He lasted one day hunting the big buck behind the house and then was ready to shoot at any buck. After missing a nice buck at 20 yards from a pit blind, dug especially for him, he was ready to take any deer that got within bow range.
I spend a lot of time on the phone conversing with clients about just what they want in the way of deer. I’ve had prospective clients specifically ask about the chances of shooting a Pope & Young bow buck, but when I asked, they didn’t have the slightest idea what the minimum size might be, and then admitted they had never given much thought to field judging antlers. If you want a Pope & Young buck, you better be able to tell the difference between a buck that will score 110 and one that will score 125. Either will look mighty tempting in the woods.
I make it clear to clients, especially first-timers, that the only person they have to please on the hunt is themselves. If they are looking to impress me or anyone else, they are on the wrong track.
But if they are serious about taking a trophy buck, one of the things he must realize is that he probably wont see as many deer as the guy who’s just looking to put meat in his freezer.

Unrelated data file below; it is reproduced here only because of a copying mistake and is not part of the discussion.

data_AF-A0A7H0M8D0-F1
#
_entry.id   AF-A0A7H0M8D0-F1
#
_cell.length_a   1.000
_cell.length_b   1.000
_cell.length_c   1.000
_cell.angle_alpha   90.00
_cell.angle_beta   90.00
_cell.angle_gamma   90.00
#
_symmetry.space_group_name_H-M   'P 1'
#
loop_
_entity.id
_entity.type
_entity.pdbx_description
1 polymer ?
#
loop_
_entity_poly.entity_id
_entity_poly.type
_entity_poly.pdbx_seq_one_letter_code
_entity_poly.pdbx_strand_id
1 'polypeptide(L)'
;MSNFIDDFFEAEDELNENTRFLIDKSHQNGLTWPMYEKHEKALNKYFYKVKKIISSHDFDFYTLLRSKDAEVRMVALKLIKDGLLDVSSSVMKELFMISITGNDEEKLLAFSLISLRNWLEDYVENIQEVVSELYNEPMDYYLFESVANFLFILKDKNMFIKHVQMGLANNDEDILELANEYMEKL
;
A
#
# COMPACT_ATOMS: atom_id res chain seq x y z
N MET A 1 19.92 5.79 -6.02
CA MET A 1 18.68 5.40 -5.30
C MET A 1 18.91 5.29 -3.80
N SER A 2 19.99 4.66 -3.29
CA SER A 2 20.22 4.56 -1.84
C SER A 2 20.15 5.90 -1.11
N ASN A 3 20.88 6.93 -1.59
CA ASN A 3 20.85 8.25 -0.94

Every fall, hunters arrive in our camp firmly committed to the idea of only hunting the locations where the big bucks are most likely to travel and be seen, those out-of-the-way places where a hunter may not see many or any other deer during a day on a stand. Usually, this is all fine and good until the second day in camp. After listening to the other hunters describe seeing lots of deer, including some decent bucks, the would-be trophy hunter’s fortitude starts to erode, and he asks to try somewhere new. Occasionally, a hunter learns the hard way about abandoning trophy dreams.